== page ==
Watching History of the Automobile: no cosy Detroit oligopoly – cutthroat competition over price, radically better new models; rollercoaster of massive profits then ruinous losses

Yale Brozen at http://www.independent.org/publications/article.asp?id=1159

Automakers and the Arsenal of Democracy

Is Public Wi-Fi Safe?

Animal Astronauts – The Space Race’s Unwitting Pioneers

Pyongyang calling: we spent a week in North Korea

Will the Kriegsmarine Rule the Waves? – WW2 – 013 24 November 1939

Adam Perry and Farrah Ahmed: Are Constitutional Statutes ‘Quasi-Entrenched’?

UK Constitutional Law Association

AdamFarrahThe Supreme Court issued its decision inH v Lord Advocate (pdf) in 2012. The decision has been virtually ignored by constitutional scholars, but we believe it may be of great constitutional significance. In this post we explain why, starting with some background about constitutional statutes.

Commentators have lately considered how constitutional statutes should be interpreted (for example Tarunabh Khaitanon this blog), and what exactly makes a statute ‘fundamental’ or ‘constitutional’ (for example David Feldman in the latest issue of LQR). A third issue, and our focus here, is how a constitutional statute can be repealed.

In the well-known 2002 case of Thoburn v Sutherland City Council, Laws LJ (with whom Crane J agreed) claimed that a constitutional statute is susceptible to implied repeal in a much narrower range of circumstances than an ordinary statute. At first Laws LJ put the point categorically: ‘Ordinary statutes may be impliedly…

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Alexander Horne: Evidence under oath, perjury and parliamentary privilege

For those interested in implied repeals of the bill of rights

UK Constitutional Law Association

Alexander HorneThe issue of select committee powers has received renewed interest during the 2010-15 Parliament, culminating in a report from Liaison Committee on Select committee effectiveness, resources and powers (in October 2012); and, subsequently, a report by the Joint Committee on Parliamentary Privilege in July 2013 (and a Government response later that year).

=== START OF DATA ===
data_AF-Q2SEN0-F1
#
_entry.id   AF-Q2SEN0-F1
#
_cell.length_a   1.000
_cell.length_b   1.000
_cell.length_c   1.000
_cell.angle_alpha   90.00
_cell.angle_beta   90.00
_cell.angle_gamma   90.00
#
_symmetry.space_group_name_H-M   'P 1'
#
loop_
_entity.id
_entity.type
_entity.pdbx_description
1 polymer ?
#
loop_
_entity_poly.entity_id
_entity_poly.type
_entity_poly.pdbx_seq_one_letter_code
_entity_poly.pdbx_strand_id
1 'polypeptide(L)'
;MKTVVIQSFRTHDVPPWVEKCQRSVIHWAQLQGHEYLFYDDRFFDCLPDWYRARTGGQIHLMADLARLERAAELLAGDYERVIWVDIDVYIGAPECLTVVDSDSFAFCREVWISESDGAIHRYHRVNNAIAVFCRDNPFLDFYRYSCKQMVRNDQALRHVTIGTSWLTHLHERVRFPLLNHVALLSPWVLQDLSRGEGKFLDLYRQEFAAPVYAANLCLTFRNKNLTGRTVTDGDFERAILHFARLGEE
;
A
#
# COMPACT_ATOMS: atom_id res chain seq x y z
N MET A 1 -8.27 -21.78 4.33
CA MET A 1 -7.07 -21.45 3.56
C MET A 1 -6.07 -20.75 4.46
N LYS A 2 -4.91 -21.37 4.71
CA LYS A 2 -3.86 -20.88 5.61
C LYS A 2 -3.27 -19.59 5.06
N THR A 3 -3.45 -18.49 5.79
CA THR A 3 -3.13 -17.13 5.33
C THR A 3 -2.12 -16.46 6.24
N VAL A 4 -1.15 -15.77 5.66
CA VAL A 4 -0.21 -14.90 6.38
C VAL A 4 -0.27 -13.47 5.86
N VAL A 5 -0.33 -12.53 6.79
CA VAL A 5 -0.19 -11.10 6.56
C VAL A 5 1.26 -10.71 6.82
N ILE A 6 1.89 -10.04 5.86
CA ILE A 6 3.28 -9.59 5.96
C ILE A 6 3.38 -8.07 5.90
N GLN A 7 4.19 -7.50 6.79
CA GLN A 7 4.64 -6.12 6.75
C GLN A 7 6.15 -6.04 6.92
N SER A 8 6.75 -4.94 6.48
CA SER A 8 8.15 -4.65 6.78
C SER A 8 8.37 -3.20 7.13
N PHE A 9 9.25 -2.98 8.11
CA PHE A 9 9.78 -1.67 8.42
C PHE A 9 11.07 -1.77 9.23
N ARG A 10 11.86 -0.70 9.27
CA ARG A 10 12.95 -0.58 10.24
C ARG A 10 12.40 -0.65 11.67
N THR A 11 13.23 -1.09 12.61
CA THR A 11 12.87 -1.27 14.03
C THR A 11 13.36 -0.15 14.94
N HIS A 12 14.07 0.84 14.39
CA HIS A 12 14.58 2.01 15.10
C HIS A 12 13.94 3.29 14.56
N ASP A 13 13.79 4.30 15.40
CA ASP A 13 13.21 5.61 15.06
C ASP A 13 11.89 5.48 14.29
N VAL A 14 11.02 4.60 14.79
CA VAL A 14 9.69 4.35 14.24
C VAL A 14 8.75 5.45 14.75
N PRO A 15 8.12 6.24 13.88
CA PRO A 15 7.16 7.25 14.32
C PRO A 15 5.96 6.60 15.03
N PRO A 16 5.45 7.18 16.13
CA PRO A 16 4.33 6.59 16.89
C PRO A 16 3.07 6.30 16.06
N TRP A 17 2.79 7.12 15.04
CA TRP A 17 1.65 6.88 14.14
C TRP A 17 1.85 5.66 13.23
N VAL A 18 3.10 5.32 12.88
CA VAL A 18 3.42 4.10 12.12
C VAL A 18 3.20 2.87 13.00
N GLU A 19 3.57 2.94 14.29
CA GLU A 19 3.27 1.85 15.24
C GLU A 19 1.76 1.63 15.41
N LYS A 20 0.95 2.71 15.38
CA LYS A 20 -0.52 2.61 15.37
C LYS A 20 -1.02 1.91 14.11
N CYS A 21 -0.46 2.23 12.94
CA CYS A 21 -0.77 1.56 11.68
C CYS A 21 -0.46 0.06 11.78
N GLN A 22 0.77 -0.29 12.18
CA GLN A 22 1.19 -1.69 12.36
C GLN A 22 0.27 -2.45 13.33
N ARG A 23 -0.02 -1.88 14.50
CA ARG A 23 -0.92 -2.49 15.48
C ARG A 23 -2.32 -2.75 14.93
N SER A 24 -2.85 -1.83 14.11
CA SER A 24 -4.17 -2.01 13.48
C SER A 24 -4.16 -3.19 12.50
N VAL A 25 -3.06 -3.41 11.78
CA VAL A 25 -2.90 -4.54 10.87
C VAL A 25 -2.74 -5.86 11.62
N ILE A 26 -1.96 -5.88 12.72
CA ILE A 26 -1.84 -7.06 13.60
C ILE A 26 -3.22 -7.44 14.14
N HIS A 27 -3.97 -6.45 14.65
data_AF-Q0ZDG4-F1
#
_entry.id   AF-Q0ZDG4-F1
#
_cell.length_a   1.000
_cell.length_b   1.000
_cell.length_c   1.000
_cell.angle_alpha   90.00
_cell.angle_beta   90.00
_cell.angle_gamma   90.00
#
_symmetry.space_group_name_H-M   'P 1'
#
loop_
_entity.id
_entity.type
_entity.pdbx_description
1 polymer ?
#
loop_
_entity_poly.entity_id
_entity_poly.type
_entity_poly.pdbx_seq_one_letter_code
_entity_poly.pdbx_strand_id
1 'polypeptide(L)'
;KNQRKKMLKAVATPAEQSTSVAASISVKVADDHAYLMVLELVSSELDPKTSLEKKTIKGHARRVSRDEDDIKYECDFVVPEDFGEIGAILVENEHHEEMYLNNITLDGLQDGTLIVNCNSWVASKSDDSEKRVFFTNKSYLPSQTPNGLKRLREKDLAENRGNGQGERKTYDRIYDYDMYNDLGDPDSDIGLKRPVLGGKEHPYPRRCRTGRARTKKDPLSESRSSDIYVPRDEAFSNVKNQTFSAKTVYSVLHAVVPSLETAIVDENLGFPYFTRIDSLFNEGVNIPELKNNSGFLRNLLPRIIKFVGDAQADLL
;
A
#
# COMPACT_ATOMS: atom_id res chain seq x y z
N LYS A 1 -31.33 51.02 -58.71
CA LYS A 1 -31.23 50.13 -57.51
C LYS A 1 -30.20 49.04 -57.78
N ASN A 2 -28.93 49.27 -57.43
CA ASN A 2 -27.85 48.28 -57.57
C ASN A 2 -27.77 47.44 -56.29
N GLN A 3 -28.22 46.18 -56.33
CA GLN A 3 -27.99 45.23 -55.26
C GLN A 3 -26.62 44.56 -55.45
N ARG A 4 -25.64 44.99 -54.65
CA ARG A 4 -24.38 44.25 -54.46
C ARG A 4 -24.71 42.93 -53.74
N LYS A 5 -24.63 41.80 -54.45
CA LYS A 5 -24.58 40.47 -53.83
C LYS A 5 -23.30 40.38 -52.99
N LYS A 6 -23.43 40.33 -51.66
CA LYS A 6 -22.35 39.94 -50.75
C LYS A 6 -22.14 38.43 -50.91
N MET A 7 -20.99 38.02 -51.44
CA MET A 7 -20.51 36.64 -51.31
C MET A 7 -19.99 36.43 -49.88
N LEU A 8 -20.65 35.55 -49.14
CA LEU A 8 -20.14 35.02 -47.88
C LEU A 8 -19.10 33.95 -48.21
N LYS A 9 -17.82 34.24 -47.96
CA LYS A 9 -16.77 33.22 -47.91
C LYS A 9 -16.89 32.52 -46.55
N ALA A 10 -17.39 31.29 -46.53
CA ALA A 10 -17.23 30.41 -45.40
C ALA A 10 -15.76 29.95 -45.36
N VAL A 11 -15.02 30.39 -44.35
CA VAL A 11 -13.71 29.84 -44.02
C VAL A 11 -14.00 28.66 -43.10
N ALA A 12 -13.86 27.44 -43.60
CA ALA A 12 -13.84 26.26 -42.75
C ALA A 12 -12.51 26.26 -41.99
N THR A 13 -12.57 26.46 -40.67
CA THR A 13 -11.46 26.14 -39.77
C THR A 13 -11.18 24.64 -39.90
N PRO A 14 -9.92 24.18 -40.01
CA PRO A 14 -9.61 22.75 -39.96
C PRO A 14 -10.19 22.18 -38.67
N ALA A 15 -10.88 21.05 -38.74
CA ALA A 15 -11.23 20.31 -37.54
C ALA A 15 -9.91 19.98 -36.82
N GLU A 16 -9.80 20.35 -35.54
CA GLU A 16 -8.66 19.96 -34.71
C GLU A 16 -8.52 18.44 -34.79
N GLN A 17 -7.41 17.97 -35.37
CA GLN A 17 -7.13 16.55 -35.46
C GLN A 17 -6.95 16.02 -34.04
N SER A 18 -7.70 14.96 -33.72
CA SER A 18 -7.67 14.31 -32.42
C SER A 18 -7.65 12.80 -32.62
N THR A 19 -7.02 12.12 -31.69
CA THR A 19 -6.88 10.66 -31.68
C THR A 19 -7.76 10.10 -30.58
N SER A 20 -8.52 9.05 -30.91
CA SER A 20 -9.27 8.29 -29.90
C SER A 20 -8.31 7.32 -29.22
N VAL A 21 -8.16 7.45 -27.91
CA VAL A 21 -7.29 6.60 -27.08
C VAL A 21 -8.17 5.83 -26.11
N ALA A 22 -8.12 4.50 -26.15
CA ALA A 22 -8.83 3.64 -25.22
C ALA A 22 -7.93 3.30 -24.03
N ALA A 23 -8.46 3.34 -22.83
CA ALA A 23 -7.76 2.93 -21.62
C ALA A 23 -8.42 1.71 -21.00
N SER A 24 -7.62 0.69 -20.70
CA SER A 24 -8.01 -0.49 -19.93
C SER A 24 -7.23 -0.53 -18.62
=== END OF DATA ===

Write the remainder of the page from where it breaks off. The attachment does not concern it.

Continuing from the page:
Although parliamentary select committees are frequently described as being powerful and influential, questions have arisen about their ability both to summon witnesses and punish those who are guilty of contempt or perjury.

In relation to the latter issue, the Government’s Green Paper on Parliamentary Privilege (Cm 8318, 2012), which preceded the Joint Committee’s report, had noted that:

The Houses’ power to punish non-members for contempt is untested in recent times. In theory, both Houses can summon a person to the bar of the House to reprimand them or order a person’s imprisonment. In addition, the House of Lords…

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Facts @jamespeshaw @mfe_news @Greenpeace @oxfamnz @GarethMP want down a @NZGreens memory hole

What do you gotta do to be fired at Corrections? An affair with an inmate? Smuggled contraband! @sst_nz

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